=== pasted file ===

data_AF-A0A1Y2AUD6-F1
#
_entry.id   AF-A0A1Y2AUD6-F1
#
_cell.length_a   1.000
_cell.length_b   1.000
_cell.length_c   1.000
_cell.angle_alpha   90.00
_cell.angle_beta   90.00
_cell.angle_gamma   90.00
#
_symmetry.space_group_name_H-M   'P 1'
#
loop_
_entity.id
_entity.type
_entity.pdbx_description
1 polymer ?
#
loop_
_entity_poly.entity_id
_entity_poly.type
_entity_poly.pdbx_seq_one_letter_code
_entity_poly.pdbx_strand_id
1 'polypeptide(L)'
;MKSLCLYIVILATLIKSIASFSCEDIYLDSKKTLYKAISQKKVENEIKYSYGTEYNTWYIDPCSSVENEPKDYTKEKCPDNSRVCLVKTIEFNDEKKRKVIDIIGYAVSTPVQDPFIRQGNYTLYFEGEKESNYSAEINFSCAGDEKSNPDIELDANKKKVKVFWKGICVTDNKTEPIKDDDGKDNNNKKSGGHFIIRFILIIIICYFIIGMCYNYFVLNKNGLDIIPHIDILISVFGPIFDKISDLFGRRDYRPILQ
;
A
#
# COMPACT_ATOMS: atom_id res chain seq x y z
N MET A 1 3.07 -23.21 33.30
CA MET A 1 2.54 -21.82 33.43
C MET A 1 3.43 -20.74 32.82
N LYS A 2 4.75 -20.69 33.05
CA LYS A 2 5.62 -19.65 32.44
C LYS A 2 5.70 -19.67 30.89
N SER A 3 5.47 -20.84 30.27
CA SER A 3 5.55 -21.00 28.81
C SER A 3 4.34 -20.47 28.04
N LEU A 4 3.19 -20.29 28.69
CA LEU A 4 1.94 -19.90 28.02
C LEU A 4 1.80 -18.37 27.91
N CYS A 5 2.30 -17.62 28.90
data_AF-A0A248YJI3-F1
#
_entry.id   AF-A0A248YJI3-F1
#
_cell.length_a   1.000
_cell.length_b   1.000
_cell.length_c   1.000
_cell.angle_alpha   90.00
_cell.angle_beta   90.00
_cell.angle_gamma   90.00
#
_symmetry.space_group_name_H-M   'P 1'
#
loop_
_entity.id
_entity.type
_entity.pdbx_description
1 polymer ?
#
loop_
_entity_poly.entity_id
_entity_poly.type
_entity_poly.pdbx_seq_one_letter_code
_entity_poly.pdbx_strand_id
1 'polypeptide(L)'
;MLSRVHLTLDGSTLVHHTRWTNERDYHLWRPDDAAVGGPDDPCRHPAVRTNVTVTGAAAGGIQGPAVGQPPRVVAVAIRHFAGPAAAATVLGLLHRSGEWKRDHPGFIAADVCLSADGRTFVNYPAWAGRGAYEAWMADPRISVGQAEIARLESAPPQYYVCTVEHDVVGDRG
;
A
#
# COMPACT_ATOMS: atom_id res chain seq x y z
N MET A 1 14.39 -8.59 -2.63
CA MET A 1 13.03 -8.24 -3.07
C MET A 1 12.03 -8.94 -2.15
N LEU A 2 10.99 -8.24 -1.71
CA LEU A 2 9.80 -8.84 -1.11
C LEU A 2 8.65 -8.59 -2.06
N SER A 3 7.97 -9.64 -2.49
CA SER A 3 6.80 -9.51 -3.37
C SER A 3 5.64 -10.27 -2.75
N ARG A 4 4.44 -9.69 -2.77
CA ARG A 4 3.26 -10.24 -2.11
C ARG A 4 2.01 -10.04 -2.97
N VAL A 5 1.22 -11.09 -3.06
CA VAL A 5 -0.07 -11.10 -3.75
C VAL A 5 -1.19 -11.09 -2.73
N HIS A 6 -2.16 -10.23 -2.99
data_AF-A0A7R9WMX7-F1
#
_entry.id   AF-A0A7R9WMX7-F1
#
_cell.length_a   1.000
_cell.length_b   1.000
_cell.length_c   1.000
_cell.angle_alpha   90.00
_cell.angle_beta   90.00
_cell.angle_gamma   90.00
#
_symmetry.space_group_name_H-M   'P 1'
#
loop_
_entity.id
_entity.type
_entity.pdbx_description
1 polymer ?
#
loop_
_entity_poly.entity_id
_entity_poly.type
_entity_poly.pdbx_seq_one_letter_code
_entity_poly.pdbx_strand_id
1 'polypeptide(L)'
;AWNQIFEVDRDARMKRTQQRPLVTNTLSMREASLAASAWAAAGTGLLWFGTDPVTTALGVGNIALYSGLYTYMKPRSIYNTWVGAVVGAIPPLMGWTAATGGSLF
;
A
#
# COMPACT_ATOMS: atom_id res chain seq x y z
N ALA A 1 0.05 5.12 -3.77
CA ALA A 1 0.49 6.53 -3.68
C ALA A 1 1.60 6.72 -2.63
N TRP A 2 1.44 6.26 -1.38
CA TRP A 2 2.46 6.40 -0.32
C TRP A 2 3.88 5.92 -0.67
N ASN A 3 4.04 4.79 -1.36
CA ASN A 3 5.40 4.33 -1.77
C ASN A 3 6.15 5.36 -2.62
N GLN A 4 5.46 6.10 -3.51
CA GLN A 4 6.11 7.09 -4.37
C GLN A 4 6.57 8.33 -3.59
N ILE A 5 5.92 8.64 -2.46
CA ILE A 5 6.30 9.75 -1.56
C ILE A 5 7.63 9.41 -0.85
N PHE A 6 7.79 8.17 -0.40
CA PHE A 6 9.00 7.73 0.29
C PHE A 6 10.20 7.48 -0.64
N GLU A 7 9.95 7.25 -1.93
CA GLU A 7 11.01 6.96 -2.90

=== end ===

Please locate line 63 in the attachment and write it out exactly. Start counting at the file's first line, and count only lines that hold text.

loop_